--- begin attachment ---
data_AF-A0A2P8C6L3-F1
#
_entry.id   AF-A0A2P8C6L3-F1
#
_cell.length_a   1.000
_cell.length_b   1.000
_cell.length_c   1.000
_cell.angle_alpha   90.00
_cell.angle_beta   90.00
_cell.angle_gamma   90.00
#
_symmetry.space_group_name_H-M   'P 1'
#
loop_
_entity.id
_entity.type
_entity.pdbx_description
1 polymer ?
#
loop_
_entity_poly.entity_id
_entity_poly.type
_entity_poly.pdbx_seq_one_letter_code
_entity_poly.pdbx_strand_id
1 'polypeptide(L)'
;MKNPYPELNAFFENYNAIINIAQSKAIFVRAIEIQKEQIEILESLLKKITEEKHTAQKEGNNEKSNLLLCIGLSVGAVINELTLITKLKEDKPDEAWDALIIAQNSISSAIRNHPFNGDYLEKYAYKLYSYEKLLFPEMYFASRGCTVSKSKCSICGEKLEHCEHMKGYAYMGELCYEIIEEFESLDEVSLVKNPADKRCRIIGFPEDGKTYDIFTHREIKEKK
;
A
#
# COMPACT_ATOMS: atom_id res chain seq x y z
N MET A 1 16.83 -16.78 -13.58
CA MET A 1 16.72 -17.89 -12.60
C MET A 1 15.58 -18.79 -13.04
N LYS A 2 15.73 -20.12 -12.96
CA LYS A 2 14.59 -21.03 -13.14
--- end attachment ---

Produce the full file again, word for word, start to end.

data_AF-A0A2P8C6L3-F1
#
_entry.id   AF-A0A2P8C6L3-F1
#
_cell.length_a   1.000
_cell.length_b   1.000
_cell.length_c   1.000
_cell.angle_alpha   90.00
_cell.angle_beta   90.00
_cell.angle_gamma   90.00
#
_symmetry.space_group_name_H-M   'P 1'
#
loop_
_entity.id
_entity.type
_entity.pdbx_description
1 polymer ?
#
loop_
_entity_poly.entity_id
_entity_poly.type
_entity_poly.pdbx_seq_one_letter_code
_entity_poly.pdbx_strand_id
1 'polypeptide(L)'
;MKNPYPELNAFFENYNAIINIAQSKAIFVRAIEIQKEQIEILESLLKKITEEKHTAQKEGNNEKSNLLLCIGLSVGAVINELTLITKLKEDKPDEAWDALIIAQNSISSAIRNHPFNGDYLEKYAYKLYSYEKLLFPEMYFASRGCTVSKSKCSICGEKLEHCEHMKGYAYMGELCYEIIEEFESLDEVSLVKNPADKRCRIIGFPEDGKTYDIFTHREIKEKK
;
A
#
# COMPACT_ATOMS: atom_id res chain seq x y z
N MET A 1 16.83 -16.78 -13.58
CA MET A 1 16.72 -17.89 -12.60
C MET A 1 15.58 -18.79 -13.04
N LYS A 2 15.73 -20.12 -12.96
CA LYS A 2 14.59 -21.03 -13.14